My Favorite Take-Away from Eventology 2009

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(Photo: Jennifer Napier of OneWed, Me, Kasey Conyers of Bliss Weddings and Events, Quenetta Gordon of Something Blue, and Melissa Margarita-DiStefano of MasterPiece Weddings)

Earlier this year, I had the fortunate opportunity to attend Eventology 2009.  I took a lot away from this conference – networking with planners, thought-provoking presentations and Katasha’s special touches.

But, what I remember the most was the fact that I was among a group of total strangers yet somehow felt like I was in a special community of the most welcoming and most hilarious colleagues I might ever meet.

Wouldn’t it be lovely if your wedding guests felt that way?

Consider creating your own wedding guest community that makes your guests feel special and welcome.  Here are some ideas –

  • Highlight your wedding guests. Use a section of your wedding web site to highlight a different wedding guest each month. Provide a very small bio of the highlighted guest or share a fun tale that describes his or her relationship with the bride or groom.  And step outside of the “wedding guest box.”  It’s easy to highlight a bridesmaid or a family member on your wedding web site — consider highlighting those family members and friends that might not know very many of your wedding guests.
  • Engage your guests prior to the big day. If a number of your wedding guests are on Facebook or Twitter, consider engaging them.  A barrage of wedding details will bore them to tears — instead share funny wedding planning anecdotes.  Use this opportunity to to ask for advice of your guests.  Many will be happy to share their words of wisdom.
  • Connect at the pre-wedding parties. Take some time at your bridal shower or your engagement party to introduce and thank each guest.  Work with your bridal party and your family to connect shower/party guests who have similar interests and backgrounds.
  • Music matters. Playing background music will set the tone for your wedding reception. Nothing too loud — People need to hear each other to engage.  Upbeat music is great for lively pre-dinner discussions and jazzy instrumental music is great complement to dinner conversation.  Try to include dance music that appeals to most of the wedding guests.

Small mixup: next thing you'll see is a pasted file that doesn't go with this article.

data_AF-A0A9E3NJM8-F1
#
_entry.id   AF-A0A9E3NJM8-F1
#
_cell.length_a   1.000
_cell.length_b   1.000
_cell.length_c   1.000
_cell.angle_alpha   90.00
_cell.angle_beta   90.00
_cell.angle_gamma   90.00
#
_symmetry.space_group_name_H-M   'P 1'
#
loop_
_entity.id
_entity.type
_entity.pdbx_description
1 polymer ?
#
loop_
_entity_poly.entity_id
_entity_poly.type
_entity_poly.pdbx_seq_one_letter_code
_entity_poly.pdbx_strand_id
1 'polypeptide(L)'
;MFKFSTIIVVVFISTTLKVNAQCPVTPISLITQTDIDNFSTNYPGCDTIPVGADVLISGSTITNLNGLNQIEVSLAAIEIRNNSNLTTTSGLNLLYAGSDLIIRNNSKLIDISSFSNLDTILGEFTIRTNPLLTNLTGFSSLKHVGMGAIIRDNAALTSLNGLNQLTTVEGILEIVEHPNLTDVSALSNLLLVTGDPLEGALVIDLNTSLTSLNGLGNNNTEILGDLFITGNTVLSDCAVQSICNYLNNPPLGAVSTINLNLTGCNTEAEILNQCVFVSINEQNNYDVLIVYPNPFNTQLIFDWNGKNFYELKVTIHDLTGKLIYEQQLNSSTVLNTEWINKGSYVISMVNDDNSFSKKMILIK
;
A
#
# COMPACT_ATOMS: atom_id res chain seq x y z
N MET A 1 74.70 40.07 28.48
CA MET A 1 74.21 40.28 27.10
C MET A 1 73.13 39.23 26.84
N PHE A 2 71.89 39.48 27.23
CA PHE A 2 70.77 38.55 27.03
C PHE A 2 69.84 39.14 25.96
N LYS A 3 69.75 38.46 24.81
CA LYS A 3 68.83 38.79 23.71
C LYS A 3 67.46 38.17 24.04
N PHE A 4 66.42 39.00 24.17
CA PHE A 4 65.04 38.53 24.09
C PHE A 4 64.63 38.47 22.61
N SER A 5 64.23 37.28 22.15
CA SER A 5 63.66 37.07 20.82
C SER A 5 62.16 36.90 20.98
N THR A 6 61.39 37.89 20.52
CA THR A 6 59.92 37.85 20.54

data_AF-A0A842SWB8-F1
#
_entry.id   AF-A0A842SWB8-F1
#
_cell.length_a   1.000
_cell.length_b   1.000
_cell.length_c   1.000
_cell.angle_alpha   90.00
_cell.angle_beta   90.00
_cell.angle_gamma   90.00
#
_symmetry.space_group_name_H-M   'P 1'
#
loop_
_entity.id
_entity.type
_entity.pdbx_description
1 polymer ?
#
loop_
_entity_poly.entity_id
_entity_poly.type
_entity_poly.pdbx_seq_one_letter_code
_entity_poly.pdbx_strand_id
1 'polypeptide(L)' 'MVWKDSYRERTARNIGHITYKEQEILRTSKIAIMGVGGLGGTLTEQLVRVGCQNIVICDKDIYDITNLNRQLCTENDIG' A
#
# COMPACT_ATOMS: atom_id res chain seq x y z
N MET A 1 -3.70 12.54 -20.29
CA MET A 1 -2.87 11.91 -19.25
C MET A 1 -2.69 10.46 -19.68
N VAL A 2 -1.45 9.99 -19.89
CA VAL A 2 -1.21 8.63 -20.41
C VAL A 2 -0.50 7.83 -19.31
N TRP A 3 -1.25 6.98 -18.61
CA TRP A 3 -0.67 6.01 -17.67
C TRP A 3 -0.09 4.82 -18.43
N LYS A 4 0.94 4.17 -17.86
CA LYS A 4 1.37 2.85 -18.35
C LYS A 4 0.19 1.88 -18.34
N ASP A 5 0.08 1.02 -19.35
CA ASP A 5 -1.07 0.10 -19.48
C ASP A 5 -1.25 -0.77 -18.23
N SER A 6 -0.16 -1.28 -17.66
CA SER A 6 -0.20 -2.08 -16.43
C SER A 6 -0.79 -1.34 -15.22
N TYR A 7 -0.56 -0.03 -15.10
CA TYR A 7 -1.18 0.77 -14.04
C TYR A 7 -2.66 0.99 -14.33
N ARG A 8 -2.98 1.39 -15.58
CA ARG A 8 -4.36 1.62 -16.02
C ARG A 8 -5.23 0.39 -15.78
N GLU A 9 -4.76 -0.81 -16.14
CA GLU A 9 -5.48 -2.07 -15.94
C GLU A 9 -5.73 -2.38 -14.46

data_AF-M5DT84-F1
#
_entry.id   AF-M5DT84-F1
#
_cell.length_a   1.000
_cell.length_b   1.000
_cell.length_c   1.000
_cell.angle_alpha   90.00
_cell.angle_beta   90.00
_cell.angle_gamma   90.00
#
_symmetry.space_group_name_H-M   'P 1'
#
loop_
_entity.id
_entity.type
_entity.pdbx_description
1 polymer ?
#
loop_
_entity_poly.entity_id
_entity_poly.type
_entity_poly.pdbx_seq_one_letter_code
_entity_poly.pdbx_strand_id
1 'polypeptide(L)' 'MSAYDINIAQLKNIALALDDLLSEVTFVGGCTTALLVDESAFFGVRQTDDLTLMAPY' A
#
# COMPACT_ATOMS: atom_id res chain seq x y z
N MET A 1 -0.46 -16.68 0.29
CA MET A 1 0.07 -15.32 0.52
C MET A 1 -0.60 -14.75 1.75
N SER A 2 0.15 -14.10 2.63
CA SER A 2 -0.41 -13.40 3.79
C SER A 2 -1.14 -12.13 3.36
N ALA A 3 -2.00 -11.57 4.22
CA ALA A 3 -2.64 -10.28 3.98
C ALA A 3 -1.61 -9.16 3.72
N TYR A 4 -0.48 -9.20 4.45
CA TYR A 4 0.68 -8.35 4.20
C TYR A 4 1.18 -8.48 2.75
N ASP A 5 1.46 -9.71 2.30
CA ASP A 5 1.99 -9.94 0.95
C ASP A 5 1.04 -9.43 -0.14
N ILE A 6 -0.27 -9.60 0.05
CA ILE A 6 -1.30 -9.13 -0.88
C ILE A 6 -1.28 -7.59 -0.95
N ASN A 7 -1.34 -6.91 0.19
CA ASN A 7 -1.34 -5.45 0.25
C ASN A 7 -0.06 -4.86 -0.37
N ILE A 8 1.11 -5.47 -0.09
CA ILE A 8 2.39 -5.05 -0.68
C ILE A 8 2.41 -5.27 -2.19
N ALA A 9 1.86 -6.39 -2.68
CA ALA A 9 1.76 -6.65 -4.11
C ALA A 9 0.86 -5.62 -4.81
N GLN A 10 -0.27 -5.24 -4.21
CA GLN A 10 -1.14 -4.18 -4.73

• Create a small game for guests to play during your cocktail hour. One option is to create a game that encourages your wedding guests to meet and chat with other wedding guests.  I’ve seen trivia contests and small scavenger hunts that were pretty fun and successful at receptions.
  • Pay attention to the seating plan. You don’t have to seat all of the family members together (okay, the spouses should be together). Consider the following seating options: similar interests, occupations, sororities, and alma matersTry to create wedding guest symmetry by placing the social butterflies and the great storytellers at different tables — you don’t want your guests feeling left out because they aren’t engaged in a fun, lively discussion.
  • Pay attention to the table sizes. I find that the tables with fewer guests have the best dinner conversations.  Instead of 10 or 11 guests at a larger 72″ table, consider placing 8 guests at a 60″ round table.
  • Encourage each table to work together.  Ask your guests to work together to write you a group note with their best marriage advice. Allow your emcee to read all of the notes out loud, and give a fun prize to the guests at the table for best answer. Everyone at the reception can vote on the best answer by applauding.

Do you have any ideas for creating a wedding guest community?

Love & Soul Always, Kawania

(Photo: World’s Largest Self Portrait Taken By Melissa Margarita DiStefano)



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